The relationship between children's reading ability and emotional health
thesisposted on 29.03.2022, 02:14 authored by Deanna Francis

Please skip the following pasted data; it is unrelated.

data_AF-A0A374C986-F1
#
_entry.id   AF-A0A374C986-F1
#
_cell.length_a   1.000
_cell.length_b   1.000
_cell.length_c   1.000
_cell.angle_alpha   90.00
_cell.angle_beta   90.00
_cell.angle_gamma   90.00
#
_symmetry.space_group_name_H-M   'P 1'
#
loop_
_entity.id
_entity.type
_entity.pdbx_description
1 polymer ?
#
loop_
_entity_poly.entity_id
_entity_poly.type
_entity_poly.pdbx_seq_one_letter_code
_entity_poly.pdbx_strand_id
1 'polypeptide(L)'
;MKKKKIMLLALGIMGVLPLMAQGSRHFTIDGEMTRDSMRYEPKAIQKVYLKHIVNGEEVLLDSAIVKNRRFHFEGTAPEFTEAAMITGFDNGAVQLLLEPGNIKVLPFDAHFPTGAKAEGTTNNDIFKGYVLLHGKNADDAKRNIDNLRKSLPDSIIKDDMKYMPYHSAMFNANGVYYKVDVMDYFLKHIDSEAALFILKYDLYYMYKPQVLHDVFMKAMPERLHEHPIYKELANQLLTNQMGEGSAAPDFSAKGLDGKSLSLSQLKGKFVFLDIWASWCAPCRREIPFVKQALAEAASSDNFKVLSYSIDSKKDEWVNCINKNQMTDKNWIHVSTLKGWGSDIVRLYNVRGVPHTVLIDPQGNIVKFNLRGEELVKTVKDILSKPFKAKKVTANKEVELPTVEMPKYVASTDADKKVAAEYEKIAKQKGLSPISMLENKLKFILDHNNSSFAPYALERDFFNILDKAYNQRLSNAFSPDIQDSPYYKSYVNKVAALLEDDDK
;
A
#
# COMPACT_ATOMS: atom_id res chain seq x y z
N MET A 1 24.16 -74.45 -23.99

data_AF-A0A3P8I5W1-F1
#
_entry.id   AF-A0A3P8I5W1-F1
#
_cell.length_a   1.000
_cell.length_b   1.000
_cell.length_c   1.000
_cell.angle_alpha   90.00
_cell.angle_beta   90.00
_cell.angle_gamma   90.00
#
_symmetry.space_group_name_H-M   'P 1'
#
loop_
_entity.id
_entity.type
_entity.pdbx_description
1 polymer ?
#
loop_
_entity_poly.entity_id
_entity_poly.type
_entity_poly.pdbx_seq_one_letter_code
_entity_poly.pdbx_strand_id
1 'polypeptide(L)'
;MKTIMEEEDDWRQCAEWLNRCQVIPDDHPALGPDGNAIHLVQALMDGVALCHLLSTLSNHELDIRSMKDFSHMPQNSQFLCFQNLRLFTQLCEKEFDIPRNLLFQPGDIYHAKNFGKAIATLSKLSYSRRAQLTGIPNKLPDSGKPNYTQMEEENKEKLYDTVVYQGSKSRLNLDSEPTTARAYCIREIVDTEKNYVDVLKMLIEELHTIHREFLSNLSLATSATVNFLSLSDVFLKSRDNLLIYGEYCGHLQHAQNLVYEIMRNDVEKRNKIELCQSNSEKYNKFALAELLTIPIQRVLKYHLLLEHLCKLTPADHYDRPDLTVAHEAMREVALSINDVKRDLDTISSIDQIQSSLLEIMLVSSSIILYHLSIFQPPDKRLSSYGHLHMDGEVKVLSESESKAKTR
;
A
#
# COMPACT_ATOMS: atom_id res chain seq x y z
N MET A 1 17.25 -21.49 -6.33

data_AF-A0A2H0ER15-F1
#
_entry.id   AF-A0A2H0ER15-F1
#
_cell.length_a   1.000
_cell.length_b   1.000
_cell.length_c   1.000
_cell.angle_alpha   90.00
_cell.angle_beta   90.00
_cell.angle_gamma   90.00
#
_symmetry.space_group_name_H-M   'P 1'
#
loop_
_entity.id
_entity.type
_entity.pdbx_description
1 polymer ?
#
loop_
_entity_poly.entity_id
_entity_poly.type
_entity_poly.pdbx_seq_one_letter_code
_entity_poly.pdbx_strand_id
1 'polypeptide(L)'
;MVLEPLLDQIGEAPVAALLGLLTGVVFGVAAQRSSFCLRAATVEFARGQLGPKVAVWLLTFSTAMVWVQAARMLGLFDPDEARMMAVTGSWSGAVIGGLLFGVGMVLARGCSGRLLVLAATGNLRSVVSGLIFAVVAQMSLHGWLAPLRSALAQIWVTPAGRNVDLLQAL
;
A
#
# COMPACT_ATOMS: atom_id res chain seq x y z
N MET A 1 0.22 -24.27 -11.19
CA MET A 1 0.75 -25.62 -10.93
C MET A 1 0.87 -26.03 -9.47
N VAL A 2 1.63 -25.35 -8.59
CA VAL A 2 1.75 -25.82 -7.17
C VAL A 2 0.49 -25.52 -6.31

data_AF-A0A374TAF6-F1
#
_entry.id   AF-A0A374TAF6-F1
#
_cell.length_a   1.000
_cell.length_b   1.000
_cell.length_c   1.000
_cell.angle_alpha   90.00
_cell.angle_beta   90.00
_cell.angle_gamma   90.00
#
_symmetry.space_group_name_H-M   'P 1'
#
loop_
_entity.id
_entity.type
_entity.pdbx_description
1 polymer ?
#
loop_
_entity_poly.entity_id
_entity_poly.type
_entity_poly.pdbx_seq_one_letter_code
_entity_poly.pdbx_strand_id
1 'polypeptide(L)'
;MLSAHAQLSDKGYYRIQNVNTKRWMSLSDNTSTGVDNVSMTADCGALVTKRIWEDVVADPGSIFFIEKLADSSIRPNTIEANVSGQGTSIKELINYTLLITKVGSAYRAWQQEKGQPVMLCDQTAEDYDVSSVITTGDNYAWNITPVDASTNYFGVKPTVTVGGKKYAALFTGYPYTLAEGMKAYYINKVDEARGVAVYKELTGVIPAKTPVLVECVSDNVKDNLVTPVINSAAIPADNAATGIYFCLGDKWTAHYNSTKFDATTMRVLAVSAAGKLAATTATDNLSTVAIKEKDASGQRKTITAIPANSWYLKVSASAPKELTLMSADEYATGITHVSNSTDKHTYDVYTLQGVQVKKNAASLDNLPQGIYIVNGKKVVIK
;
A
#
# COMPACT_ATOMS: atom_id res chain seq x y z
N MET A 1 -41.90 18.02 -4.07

Around 16% of children have reading skills that fall below the average range for their age, and 5% of children have significant reading difficulties. It is well understood that poor reading increases a child's risk of school failure. However, we are only just beginning to understand how poor reading may affect a child's emotional health. The overarching goal of this thesis was to improve our understanding of the association between poor reading and emotional health. To this end, this thesis addressed five specific aims. The first was to determine if there is a reliable association between poor reading and anxiety. We conducted a systematic review and meta-analysis investigating associations between poor reading and internalising problems, anxiety, and depression. We found a statistically reliable and moderate association between poor reading and internalising problems, which appeared to be driven by anxiety. Our second aim was to determine whether certain types of poor reading are associated with certain types of anxiety. We conducted a profiling study with groups of children with different reading and anxiety profiles, and compared the groups on different types of poor reading and anxiety. We found that poor readers with anxiety were characterised by multiple word reading problems as well as social anxiety. The third aim of this thesis was to start to formulate a comprehensive evidence-based hypothesis about the mechanisms that may link poor reading and anxiety. In a profiling study, we investigated four potential mechanisms: poor reading self-concept, poor peer relations, poor attention, and poor behaviour. We discovered that poor reading self-concept and poor attention were particularly prevalent in poor readers with anxiety, suggesting that these variables may act as mechanisms linking poor reading and anxiety. Our fourth aim was to develop an integrated treatment for children with poor reading and anxiety. Hence, we developed "Cool Reading", which combined reading and anxiety treatment components. We carefully tailored Cool Reading to suit children with reading difficulties, and we conducted a pilot study to explore whether Cool Reading might have an effect on reading and anxiety outcomes. The results were promising, and hence the final aim of this thesis was to evaluate the suitability and efficacy of Cool Reading in a controlled interventional case series study. Overall, we found that Cool Reading significantly improved directly trained reading skills and significantly reduced anxiety. Considered together, the knowledge gained through this dissertation paves the way towards improving the lives of children with concomitant poor reading and anxiety.